• [0061]
    Thus, in operation, product 706 moves past the sensor 726 and a signal 728 is sent to the RFID reader 702. The RFID reader then anticipates the signal 714 from the product 706 that just passed the sensor 726. Signals 716, 718, and 724 from the plurality of other RFID tags 708, 710, and 722 is disregarded. In such a manner, the RFID reader 702 is not gathering erroneous data.
  • [0062]
    In addition, RFID reader 702 can include a means to track or record the tag data of tags it reads. For example, when RFID reader 702 receives the signal 714 from RFID tag 706, it retains the tag data. If RFID tag 706 sends a second signal 714, the RFID reader 702 acknowledges the signal 714 but disregards it as a duplicate read.
  • [0063]
    Referring now to FIG. 8, there is illustrated a block diagram of a computer operable to process signal strength data and generate a field mapping in accordance with the subject invention. In order to provide additional context for various aspects of the subject invention, FIG. 8 and the following discussion are intended to provide a brief, general description of a suitable computing environment 800 in which the various aspects of the invention can be implemented. While the invention has been described above in the general context of computer-executable instructions that may run on one or more computers, those skilled in the art will recognize that the invention also can be implemented in combination with other program modules and/or as a combination of hardware and software.
  • [0064]
    Generally, program modules include routines, programs, components, data structures, etc., that perform particular tasks or implement particular abstract data types. Moreover, those skilled in the art will appreciate that the inventive methods can be practiced with other computer system configurations, including single-processor or multiprocessor computer systems, minicomputers, mainframe computers, as well as personal computers, hand-held computing devices, microprocessor-based or programmable consumer electronics, and the like, each of which can be operatively coupled to one or more associated devices.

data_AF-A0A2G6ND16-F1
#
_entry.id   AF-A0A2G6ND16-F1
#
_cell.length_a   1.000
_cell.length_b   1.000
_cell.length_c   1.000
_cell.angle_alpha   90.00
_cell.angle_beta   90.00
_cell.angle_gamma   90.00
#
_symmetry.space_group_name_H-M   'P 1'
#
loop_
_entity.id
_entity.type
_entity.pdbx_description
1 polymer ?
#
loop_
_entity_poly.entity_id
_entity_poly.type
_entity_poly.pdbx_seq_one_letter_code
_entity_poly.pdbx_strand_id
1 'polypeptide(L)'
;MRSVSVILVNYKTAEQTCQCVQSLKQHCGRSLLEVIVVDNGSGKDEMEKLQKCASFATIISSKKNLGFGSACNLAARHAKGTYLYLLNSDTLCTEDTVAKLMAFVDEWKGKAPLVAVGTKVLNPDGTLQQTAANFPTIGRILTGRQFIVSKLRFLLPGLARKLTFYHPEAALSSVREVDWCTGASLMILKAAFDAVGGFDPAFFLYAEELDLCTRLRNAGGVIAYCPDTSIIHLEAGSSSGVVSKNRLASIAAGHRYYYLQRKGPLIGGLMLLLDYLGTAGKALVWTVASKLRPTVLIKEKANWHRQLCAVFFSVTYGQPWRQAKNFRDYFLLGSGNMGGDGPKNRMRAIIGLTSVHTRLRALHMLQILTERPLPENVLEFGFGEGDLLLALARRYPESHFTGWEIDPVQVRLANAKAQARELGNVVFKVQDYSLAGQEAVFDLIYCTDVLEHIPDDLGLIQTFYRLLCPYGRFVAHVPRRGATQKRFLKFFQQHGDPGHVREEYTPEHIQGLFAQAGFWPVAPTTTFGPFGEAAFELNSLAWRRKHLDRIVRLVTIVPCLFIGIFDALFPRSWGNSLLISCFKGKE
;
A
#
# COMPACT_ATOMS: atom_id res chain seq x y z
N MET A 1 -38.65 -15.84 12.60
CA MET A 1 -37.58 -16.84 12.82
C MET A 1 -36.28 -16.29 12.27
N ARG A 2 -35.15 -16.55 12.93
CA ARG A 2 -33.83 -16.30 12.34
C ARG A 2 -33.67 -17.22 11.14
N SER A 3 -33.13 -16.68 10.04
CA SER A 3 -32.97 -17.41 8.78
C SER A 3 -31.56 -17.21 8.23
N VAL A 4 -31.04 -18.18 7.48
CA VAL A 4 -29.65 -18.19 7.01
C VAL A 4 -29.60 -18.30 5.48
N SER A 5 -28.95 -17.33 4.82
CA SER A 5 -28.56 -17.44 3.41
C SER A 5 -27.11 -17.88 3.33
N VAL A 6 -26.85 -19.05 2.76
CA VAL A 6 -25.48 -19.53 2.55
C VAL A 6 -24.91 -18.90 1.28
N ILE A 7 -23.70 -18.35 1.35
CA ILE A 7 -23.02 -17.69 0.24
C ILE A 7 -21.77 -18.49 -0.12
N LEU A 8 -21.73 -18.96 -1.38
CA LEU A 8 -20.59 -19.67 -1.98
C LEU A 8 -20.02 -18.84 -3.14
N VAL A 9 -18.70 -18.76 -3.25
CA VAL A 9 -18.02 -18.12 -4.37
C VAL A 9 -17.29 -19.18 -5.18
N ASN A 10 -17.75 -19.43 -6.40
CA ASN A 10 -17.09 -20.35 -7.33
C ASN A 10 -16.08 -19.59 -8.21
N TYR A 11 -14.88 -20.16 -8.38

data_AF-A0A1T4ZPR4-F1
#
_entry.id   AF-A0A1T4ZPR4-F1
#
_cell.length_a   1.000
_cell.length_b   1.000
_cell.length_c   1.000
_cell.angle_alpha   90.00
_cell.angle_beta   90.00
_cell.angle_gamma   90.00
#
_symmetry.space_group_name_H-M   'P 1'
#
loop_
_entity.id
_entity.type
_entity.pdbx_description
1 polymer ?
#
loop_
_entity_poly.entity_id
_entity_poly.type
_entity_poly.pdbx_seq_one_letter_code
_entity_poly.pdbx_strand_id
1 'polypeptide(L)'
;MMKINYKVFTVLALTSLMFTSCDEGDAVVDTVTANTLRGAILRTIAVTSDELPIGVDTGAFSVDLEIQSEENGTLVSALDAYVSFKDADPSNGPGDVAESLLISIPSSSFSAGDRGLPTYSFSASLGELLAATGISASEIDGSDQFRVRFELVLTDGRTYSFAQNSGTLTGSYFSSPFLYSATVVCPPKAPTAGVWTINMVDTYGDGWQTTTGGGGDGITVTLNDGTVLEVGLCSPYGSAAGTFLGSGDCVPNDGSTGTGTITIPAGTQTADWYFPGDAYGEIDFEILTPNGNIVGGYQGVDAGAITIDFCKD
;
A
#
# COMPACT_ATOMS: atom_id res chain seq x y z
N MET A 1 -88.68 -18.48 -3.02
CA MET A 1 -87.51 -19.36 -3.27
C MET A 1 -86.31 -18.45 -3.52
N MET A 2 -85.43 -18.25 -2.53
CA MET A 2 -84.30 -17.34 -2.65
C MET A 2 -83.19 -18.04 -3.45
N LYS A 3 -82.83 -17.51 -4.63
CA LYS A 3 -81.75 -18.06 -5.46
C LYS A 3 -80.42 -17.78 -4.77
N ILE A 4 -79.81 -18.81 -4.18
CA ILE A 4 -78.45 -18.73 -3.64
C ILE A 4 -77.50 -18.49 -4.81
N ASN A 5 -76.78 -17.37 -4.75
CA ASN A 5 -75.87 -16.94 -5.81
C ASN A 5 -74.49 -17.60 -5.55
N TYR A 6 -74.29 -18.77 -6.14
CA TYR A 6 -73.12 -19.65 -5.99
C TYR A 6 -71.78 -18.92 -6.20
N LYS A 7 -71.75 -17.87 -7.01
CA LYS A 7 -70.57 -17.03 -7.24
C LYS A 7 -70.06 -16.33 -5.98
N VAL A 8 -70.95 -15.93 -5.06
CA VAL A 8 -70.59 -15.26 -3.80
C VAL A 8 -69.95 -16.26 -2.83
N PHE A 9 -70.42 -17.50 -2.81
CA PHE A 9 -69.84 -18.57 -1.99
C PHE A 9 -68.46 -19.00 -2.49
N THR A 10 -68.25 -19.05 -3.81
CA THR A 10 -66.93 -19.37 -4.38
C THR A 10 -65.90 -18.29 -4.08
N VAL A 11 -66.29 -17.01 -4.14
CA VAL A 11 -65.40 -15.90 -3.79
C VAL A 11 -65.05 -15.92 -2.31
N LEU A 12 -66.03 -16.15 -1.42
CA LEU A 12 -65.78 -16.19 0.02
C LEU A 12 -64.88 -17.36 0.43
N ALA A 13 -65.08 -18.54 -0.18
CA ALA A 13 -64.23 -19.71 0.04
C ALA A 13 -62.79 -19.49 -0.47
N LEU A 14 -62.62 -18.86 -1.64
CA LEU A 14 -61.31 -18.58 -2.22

• [0065]
    The illustrated aspects of the invention may also be practiced in distributed computing environments where certain tasks are performed by remote processing devices that are linked through a communications network. In a distributed computing environment, program modules can be located in both local and remote memory storage devices.
  • [0066]
    A computer typically includes a variety of computer-readable media. Computer-readable media can be any available media that can be accessed by the computer and includes both volatile and non-volatile media, removable and non-removable media. By way of example, and not limitation, computer-readable media can comprise computer storage media and communication media. Computer storage media includes both volatile and non-volatile, removable and non-removable media implemented in any method or technology for storage of information such as computer-readable instructions, data structures, program modules, or other data. Computer storage media includes, but is not limited to, RAM, ROM, EEPROM, flash memory or other memory technology, CD-ROM, digital video disk (DVD) or other optical disk storage, magnetic cassettes, magnetic tape, magnetic disk storage or other magnetic storage devices, or any other medium which can be used to store the desired information and which can be accessed by the computer.
  • [0067]